The Culture Game: Tools for the Agile Manager
What is a Culture Game? How does this relate agile management?
Dan Mezick’s perspective is that every 1-on-1 interaction, every meeting, and even an organization’s corporate culture are structured as a game. There’s an important key word in that last sentence. Dan isn't focusing on the objective of winning in The Culture Game, instead he’s asking us to examine the structure.
Consider how your work environment is structured and reflect on Dan’s assessment that, “Some of these games are well-structured, fun to play, and actually stimulate the pleasure regions of your brain. Good games frequently generate feelings of control, progress, optimism, and persistence. Games that are poorly structured generate feelings of frustration, lack of control, lack of progress, isolation, and despair.”
Agile development targets these key issues, and experienced agile practitioners routinely point out that agile is a cultural change (I've been blogging about organizational culture in my recent posts). Since the ground rules change with agile, and it is best that everyone understands those rules and knows what the goal is so that everyone is playing the same game.
The Culture Game provides an excellent blend of theory and actionable tools for you to use as you transition to agile. Case in point, I discussed Dan’s expansion of the Results Pyramid in my last post, which is a critical piece of theory to understand when introducing change because, as Dan states, “All learning is change, and all change is belief-change. …People who are always learning are constantly changing their models. They have become adept at responding and adjusting to new information and knowledge as it becomes available to them.”
Dan argues that “behavior is the key leverage point.” This is because the results that we get come from behaviors. We can try new behaviors without changing our beliefs. And if we experience good results from adopting a new behavior, then we have something tangible to assess our current beliefs and change what we believe.
Dan covers a variety of other topics in The Culture Game that you can put into your toolbox, such as Core Protocols (formulated by Jim and Michele McCarthy). These are a set of structured interactions that great teams use. The Core Protocols include structured interactions for sending and receiving feedback, investigating a person’s thinking, making decisions, creating a shared vision, and other common interactions that occur within teams.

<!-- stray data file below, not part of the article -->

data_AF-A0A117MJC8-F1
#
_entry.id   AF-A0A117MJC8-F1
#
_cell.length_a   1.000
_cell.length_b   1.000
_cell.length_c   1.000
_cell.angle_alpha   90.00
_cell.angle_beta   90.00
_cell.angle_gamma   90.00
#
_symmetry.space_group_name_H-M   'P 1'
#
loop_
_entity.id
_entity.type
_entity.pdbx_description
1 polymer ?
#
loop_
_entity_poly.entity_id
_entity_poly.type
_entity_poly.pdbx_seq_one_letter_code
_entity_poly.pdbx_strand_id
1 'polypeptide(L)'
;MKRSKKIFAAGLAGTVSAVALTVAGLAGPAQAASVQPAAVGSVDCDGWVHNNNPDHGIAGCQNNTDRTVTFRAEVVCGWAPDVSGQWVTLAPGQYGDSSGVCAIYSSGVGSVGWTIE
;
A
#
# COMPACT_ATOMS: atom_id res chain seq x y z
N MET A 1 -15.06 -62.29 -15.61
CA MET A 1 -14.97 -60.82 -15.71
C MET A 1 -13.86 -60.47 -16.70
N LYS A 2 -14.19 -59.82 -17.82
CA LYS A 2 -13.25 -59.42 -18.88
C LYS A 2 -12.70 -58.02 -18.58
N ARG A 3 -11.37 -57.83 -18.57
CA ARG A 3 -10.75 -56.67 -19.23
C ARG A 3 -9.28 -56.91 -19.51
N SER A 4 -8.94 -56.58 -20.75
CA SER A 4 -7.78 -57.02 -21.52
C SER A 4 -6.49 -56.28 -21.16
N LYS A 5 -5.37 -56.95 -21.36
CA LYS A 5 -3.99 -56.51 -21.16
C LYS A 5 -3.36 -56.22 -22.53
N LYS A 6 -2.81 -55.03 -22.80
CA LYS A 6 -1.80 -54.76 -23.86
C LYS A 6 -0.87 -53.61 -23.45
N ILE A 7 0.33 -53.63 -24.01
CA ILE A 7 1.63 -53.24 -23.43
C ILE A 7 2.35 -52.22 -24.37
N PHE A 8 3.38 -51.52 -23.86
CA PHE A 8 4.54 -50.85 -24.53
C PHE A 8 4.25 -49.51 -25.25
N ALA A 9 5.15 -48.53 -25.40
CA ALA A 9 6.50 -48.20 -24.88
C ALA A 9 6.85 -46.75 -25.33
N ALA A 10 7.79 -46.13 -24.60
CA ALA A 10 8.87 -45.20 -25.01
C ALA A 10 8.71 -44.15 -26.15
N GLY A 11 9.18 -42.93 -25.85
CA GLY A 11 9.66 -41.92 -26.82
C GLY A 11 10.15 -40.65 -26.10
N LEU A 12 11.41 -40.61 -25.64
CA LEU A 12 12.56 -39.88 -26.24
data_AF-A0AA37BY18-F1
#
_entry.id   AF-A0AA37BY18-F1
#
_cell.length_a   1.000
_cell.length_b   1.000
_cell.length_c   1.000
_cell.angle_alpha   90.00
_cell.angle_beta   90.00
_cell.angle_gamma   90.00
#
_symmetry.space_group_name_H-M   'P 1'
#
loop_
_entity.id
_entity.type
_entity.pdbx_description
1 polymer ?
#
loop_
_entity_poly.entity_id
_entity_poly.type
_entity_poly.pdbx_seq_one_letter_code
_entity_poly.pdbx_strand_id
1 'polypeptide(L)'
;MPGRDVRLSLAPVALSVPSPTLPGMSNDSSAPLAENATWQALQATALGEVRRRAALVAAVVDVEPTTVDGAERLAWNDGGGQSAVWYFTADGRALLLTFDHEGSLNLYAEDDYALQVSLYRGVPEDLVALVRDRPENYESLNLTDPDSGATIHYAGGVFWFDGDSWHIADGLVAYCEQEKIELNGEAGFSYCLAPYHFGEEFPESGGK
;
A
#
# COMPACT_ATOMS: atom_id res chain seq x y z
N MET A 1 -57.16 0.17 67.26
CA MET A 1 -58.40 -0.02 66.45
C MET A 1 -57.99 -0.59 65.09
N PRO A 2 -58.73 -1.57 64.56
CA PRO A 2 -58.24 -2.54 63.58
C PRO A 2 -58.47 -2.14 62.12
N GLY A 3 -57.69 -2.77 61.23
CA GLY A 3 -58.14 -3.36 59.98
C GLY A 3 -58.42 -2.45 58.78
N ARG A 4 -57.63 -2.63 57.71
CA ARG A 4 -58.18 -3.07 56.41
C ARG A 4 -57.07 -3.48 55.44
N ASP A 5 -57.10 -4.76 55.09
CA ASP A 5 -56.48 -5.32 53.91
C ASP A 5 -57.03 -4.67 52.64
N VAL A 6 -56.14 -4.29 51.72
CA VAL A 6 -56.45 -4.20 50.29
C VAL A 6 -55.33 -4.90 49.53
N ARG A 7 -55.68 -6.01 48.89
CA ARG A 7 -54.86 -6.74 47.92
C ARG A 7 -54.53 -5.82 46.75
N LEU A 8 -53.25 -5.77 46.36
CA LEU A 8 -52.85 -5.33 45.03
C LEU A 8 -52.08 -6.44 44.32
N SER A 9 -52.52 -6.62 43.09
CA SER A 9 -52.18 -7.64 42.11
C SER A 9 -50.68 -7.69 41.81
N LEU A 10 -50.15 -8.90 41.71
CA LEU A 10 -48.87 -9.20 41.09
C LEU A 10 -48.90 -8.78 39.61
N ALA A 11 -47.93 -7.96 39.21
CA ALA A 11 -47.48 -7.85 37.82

Dan is confident that these Core Protocols will work for you, based on his own experience: “I have been able to advance the work of teams I have coached significantly by introducing these protocols.” Dan says.
What we’re after is with agile is continuous improvement, and Dan tells us that “Reflection and examination of habits is a hallmark of genuine and authentic agile practice and a learning organization.” One trick is that reflecting and examining must be performed safely, without finger-pointing and blaming, plus avoiding making it feel personal in nature. According to The Culture Game, the best way to do this is to “…create a normal behavior of examining everything periodically.”
Ultimately, Dan says, playing The Culture Game doesn't require that someone lose. The Culture Game is an ongoing activity, one that “…is opt-in, and has a goal,, rules, and a way to keep score. That’s it.” Dan continues. “Winning simply means that a play reaches the goal, whatever it is. You win by reaching the goal.”
If you’re considering a transition to agile or in the midst of one, I highly recommend The Culture Game. It’s a well-written guide to implementing agile change in practical terms, explaining what to do and why.
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